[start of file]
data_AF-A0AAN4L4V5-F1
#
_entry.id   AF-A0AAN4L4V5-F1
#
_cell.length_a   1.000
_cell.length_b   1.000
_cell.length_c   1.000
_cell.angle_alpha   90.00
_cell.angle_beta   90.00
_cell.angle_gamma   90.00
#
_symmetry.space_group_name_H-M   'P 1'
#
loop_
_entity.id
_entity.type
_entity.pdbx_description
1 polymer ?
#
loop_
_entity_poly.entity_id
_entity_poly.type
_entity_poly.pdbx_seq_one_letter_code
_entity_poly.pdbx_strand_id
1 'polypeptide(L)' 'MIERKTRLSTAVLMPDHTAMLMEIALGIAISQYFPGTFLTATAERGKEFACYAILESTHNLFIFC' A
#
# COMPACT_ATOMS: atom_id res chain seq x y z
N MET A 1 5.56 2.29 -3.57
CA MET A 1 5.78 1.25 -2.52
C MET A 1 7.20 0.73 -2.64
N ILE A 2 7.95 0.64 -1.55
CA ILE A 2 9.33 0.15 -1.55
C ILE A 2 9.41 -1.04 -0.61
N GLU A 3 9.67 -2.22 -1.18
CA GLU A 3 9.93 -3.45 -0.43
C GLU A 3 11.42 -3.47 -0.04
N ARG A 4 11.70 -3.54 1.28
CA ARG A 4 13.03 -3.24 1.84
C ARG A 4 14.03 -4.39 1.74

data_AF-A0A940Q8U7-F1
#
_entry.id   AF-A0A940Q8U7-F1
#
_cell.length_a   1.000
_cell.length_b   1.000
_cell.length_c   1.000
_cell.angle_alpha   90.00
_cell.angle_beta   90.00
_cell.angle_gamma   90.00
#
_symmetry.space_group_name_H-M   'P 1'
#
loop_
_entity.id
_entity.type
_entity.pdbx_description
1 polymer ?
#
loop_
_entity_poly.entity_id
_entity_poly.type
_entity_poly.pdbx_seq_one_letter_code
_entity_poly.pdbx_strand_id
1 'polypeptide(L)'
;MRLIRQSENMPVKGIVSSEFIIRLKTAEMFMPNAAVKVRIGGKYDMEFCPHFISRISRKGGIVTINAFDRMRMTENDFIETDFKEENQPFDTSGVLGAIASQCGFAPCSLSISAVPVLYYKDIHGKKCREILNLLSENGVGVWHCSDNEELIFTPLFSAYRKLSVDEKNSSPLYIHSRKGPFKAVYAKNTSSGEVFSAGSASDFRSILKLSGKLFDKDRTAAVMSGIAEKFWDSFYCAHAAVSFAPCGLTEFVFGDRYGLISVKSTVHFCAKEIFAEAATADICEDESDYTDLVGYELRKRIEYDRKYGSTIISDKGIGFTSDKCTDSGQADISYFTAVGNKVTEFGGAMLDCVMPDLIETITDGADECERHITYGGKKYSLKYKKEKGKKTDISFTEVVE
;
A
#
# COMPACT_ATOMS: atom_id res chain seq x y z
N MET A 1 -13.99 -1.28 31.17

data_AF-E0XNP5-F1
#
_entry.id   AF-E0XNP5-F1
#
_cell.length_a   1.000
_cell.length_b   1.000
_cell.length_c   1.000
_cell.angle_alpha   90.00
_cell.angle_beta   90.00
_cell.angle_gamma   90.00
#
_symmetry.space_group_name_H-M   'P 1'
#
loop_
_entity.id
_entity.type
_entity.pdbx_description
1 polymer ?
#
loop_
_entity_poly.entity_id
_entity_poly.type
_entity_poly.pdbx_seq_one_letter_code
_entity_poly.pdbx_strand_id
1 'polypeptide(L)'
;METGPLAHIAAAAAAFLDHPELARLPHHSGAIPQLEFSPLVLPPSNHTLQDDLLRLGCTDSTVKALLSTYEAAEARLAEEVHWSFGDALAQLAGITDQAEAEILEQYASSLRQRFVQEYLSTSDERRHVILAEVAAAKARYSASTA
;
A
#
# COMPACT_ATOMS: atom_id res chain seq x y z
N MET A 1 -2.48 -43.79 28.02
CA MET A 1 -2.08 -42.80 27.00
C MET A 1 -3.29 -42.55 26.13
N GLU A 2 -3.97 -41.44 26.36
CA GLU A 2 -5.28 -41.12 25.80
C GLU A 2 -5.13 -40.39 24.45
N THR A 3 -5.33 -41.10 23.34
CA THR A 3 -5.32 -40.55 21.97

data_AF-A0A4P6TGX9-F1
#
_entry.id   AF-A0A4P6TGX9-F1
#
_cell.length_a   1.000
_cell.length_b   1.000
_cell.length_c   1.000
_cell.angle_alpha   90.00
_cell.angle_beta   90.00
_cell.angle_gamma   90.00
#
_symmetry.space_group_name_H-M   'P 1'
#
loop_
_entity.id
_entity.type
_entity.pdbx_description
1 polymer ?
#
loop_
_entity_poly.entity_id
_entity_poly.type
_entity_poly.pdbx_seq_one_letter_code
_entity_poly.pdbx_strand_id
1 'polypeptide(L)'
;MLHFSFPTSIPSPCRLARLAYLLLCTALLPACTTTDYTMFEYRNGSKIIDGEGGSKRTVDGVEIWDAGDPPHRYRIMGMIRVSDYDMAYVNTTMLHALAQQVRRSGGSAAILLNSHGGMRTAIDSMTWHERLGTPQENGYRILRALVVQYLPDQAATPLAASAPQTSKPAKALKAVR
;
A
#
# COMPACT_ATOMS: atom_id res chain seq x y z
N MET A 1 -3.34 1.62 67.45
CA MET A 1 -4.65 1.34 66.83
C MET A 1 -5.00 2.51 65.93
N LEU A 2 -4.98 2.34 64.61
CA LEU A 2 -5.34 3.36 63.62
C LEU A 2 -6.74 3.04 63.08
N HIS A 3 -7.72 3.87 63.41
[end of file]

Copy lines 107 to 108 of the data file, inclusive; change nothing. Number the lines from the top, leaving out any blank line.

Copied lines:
N THR A 3 -5.33 -41.10 23.34
CA THR A 3 -5.32 -40.55 21.97